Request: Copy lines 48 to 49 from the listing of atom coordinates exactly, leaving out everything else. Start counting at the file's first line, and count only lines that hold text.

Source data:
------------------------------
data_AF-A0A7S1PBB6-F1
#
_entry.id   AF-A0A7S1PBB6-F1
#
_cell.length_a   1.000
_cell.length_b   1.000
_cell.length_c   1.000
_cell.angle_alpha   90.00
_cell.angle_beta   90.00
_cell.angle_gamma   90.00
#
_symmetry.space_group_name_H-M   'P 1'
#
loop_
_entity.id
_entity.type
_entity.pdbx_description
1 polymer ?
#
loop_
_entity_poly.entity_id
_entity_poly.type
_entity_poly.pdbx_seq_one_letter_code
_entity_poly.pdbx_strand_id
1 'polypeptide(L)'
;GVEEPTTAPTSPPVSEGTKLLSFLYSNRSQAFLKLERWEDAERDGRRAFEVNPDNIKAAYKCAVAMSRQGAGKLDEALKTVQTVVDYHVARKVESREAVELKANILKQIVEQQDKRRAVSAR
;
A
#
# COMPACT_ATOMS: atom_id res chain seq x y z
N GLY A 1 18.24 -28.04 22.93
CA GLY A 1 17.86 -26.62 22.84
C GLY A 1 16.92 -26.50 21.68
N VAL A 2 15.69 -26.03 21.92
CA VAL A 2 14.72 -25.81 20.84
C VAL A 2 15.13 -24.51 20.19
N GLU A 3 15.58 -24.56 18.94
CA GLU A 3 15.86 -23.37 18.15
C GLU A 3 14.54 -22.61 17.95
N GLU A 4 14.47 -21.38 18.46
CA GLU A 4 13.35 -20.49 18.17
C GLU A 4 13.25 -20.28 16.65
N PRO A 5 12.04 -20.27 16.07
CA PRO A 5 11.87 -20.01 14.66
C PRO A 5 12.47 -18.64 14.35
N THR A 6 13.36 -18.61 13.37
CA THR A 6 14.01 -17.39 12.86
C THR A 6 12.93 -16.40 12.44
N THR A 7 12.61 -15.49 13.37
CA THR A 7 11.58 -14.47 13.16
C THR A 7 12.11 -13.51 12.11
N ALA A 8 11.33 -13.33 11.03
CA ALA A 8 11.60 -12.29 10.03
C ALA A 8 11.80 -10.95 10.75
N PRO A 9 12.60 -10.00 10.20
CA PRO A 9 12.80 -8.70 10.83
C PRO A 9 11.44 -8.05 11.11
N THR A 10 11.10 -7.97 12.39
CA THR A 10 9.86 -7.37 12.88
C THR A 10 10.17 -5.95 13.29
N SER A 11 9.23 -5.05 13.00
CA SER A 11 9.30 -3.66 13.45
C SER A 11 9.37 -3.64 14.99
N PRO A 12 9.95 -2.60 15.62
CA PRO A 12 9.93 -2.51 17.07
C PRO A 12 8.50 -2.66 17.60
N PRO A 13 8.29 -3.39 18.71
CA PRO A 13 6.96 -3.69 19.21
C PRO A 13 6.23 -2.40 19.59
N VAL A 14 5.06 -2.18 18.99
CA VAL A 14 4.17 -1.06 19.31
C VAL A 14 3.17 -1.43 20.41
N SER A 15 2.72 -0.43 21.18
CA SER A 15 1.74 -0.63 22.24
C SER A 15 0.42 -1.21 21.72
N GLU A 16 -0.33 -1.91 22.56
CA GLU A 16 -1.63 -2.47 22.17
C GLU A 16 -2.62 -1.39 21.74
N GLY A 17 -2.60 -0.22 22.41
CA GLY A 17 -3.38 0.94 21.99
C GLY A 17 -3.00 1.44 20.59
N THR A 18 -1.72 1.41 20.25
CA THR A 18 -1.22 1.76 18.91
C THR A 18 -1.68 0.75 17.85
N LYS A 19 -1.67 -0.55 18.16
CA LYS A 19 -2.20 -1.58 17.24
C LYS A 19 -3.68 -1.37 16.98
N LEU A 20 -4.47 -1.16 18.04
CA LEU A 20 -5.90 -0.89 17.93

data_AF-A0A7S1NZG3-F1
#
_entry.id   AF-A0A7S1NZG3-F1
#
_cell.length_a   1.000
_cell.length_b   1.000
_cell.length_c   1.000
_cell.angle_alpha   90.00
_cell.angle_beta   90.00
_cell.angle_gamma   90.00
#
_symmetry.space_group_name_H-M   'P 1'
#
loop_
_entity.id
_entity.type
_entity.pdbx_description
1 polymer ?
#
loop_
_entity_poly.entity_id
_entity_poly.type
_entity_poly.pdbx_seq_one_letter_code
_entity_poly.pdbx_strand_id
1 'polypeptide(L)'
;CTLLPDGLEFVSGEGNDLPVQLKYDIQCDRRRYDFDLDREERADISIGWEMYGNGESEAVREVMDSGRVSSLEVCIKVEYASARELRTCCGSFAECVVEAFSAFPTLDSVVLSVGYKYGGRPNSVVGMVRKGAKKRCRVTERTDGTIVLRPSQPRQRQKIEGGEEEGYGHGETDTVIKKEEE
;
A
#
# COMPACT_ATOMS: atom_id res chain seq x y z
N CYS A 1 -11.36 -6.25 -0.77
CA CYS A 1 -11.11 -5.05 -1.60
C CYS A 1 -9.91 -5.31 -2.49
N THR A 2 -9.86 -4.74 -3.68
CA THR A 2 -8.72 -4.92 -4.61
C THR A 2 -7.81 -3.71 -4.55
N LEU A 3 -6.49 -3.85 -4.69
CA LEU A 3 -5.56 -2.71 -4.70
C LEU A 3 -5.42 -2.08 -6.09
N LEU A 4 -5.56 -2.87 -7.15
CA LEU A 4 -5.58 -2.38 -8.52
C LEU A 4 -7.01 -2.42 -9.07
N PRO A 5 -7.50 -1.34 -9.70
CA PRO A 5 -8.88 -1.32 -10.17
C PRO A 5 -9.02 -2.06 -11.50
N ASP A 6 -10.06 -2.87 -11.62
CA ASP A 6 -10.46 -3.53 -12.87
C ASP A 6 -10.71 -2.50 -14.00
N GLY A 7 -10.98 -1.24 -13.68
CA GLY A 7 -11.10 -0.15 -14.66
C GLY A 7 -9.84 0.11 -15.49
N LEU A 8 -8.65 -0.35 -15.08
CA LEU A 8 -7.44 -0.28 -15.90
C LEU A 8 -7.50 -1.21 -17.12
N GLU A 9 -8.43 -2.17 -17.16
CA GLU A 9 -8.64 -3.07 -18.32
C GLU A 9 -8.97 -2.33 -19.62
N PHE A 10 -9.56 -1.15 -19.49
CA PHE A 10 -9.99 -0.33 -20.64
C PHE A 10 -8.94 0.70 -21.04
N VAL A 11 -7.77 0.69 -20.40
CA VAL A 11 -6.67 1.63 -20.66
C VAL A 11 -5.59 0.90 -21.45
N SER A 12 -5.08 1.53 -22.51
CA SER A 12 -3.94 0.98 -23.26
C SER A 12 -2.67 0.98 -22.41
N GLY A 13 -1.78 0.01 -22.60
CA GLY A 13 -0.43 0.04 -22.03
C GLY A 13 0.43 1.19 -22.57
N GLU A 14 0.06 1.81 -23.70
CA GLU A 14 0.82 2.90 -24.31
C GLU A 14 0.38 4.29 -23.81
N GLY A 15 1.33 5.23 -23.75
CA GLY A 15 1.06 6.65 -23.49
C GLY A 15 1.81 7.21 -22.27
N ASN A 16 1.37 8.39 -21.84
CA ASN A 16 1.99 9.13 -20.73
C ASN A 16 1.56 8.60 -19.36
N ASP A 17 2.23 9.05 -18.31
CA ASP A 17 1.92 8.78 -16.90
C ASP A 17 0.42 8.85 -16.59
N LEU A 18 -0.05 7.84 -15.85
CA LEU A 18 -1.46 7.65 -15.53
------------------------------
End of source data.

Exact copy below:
C THR A 6 12.93 -16.40 12.44
N THR A 7 12.61 -15.49 13.37